from The American Heritage® Dictionary of the English Language, 4th Edition
- transitive v. To adjust or adapt to a certain proportion; regulate or temper.
- transitive v. To change or vary the pitch, intensity, or tone of (one's voice or a musical instrument, for example).
- transitive v. Electronics To vary the frequency, amplitude, phase, or other characteristic of (electromagnetic waves).
- transitive v. Electronics To vary (electron velocity) in an electron beam.
- intransitive v. Music To move from one key or tonality to another by means of a melody or chord progression.
from Wiktionary, Creative Commons Attribution/Share-Alike License
- v. To regulate, adjust or adapt
- v. To change the pitch, intensity or tone of one's voice or of a musical instrument
- v. (electronics) to vary the amplitude, frequency or phase of a carrier wave in proportion to the amplitude etc of a source wave (such as speech or music)
- v. to move from one key or tonality to another, especially by using a chord progression
from the GNU version of the Collaborative International Dictionary of English
- transitive v. To form, as sound, to a certain key, or to a certain portion.
- transitive v. To vary or inflect in a natural, customary, or musical manner.
- transitive v. To alter the amplitude, frequency, phase, or intensity of (the carrier wave of a radio signal) at intervals, so as to represent information to be conveyed by the signal; -- a technique used to convey information by means of radio waves transmitted by one electronic device and received by another.
- intransitive v. To pass from one key into another.
from The Century Dictionary and Cyclopedia
- To modify; adjust; adapt; regulate.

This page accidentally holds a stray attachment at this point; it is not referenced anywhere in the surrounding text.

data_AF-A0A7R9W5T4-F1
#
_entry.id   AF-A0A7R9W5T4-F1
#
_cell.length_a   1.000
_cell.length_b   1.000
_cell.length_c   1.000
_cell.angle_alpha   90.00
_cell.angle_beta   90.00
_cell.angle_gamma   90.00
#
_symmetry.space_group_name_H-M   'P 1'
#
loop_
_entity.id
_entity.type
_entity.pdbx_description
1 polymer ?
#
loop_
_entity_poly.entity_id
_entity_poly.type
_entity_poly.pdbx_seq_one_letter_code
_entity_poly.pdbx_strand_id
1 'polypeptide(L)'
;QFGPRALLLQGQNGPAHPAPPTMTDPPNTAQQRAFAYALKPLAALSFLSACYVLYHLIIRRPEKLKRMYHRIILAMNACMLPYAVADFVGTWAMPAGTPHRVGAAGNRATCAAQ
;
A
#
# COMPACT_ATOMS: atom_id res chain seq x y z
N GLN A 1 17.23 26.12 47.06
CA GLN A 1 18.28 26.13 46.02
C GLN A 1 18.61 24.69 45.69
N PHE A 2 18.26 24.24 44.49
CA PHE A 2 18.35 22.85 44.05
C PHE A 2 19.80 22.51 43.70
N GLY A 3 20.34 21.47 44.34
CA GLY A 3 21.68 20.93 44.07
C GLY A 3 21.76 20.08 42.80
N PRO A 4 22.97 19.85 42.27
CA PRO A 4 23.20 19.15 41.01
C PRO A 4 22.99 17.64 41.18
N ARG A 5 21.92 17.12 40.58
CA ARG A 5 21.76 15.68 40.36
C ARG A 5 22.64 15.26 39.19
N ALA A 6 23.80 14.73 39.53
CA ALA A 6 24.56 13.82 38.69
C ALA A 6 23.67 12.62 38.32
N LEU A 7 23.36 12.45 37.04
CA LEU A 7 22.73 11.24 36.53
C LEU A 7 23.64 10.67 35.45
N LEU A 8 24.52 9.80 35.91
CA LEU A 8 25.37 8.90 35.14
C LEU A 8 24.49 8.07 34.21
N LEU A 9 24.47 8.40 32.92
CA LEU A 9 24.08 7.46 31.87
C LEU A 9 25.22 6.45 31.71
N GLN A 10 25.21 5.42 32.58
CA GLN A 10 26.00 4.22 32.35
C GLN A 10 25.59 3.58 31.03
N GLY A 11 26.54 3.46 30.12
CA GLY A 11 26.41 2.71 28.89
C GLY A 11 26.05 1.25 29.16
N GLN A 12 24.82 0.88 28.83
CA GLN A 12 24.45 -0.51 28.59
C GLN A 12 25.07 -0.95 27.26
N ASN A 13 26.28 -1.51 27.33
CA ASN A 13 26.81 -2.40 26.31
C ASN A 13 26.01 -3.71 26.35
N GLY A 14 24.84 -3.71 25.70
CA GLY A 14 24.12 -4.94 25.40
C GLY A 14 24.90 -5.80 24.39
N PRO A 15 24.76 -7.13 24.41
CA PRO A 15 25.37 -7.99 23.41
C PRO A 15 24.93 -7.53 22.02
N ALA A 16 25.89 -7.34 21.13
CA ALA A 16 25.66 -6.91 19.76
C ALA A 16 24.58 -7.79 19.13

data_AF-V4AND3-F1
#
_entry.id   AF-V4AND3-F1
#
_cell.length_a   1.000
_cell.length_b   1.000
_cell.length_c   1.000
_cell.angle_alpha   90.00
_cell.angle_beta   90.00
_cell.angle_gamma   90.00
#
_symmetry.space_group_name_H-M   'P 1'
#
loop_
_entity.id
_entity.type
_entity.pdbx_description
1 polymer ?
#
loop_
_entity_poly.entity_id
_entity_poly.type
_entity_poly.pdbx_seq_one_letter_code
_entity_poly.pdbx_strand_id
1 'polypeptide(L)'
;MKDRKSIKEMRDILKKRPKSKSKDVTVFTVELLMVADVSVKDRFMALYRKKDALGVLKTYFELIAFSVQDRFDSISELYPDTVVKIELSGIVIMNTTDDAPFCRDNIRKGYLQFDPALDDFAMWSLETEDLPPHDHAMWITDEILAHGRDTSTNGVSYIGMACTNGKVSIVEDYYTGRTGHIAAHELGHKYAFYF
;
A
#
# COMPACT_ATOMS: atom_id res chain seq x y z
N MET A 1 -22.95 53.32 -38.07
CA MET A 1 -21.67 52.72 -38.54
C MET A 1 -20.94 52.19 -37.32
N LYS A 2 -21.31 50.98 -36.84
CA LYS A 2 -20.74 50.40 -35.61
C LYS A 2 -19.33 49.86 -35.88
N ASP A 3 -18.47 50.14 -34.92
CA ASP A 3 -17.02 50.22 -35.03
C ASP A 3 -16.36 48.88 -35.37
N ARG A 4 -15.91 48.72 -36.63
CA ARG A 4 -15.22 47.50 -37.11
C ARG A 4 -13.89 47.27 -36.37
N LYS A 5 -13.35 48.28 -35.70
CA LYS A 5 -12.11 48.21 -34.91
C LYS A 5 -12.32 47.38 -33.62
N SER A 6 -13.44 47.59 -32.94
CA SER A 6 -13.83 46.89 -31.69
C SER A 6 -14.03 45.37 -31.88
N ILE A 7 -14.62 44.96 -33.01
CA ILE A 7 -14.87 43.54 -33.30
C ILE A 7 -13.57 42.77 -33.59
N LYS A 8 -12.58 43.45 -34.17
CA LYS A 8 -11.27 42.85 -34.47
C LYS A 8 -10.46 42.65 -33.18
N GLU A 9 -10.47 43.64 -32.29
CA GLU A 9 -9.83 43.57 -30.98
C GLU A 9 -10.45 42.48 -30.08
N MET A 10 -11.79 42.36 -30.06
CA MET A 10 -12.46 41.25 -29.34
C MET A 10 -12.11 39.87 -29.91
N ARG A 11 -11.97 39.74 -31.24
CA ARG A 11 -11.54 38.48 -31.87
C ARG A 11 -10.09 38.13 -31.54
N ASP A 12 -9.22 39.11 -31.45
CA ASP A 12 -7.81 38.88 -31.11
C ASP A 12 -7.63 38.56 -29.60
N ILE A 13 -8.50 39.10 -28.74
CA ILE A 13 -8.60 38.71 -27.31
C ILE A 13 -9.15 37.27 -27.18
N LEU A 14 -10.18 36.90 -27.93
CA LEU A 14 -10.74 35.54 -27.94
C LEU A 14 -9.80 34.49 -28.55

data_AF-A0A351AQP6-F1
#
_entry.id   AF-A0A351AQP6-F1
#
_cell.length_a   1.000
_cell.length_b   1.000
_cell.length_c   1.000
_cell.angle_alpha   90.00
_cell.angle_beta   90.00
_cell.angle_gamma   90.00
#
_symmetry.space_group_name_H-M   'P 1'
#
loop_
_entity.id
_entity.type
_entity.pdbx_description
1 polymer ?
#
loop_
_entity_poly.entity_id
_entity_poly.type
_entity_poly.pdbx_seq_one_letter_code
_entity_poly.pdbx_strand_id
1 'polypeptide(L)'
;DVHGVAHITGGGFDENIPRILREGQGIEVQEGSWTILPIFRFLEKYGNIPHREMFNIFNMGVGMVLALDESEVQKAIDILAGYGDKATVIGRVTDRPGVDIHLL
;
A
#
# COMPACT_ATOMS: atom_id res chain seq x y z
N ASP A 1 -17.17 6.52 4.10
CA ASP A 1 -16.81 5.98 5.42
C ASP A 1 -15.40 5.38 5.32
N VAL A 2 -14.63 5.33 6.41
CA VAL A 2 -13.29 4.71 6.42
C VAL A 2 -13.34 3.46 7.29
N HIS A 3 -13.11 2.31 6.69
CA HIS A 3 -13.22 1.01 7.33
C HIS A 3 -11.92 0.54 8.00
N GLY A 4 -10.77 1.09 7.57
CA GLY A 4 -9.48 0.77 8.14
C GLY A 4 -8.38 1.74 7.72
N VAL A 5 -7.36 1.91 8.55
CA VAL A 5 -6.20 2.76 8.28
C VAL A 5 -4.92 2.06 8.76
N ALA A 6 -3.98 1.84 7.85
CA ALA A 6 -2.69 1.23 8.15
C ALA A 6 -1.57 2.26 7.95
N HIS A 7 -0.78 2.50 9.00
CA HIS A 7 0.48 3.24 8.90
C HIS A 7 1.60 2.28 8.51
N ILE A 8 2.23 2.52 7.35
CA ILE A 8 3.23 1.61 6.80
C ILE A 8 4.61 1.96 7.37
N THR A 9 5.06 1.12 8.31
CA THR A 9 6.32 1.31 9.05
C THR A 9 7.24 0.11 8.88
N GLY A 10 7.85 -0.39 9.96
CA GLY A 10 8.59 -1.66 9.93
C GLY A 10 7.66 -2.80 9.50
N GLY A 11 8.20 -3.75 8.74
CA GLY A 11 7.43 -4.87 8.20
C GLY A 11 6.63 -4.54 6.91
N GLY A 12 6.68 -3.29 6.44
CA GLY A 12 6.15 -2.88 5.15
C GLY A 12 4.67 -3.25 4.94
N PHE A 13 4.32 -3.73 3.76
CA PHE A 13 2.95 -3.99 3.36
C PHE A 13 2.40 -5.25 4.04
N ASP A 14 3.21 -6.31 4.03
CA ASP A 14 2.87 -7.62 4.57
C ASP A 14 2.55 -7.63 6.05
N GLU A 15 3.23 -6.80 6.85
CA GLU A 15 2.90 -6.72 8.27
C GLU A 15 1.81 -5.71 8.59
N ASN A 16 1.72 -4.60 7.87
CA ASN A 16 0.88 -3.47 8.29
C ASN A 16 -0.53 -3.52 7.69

- To vary or inflect the sound or utterance of, especially so as to give expressiveness to what is uttered; vary or adapt in tone.
- To vary the pitch of; inflect; melodize.
- In music, to change from one key (tonality) to another, by utilizing one or more of the tones common to both.
- In music, to pass from one key (tonality) into another, or from the major into the minor mode, or vice versa. See modulation, 3 .
- Hence To vary, oscillate, or fluctuate.
from WordNet 3.0 Copyright 2006 by Princeton University. All rights reserved.
- v. vary the frequency, amplitude, phase, or other characteristic of (electromagnetic waves)
- v. fix or adjust the time, amount, degree, or rate of
- v. vary the pitch of one's speech
- v. change the key of, in music
- v. adjust the pitch, tone, or volume of
He often possessed a voice that was a marvelous instrument, a voice he could modulate from a sepulchral whisper to a crashing thunder clap.
The idea is to kind of modulate the depth -- to have more gentle moments, then have kind of deeper moments.
Without the ability to add additional pressure above this very low maximum, the ability to "modulate" pressure, except towards even less pressure (and lower oxygen dose), does not even exist.
Organisms and cultures constantly modulate both telic orientation and process relations for optimality in the evolutionary sense — optimality is achieved, if at all, in the aggregate and never in the instance, but cannot be achieved at all programmatically, or algorithmically, whether the algorithm or program be defined by ends or means.
We are asked to mine those things often and a lot of it is up to the editing and the director about how you modulate it.
I think we women still tend to modulate our capabilities to those around us.
This will squeeze the pads harder against the rim, even if you are trying to modulate the pressure with your hand on the lever.
"Dietary berries and ellagic acid prevent oxidative DNA damage and modulate expression of DNA repair genes."
Borderline personality disorder (BPD) is primarily an inability to modulate (manage), the emotion, this which means that all emotions are more intense than the average person – especially the negative effects.
“The more you can modulate emotions, the more you can cope with life events,” Bonanno explains.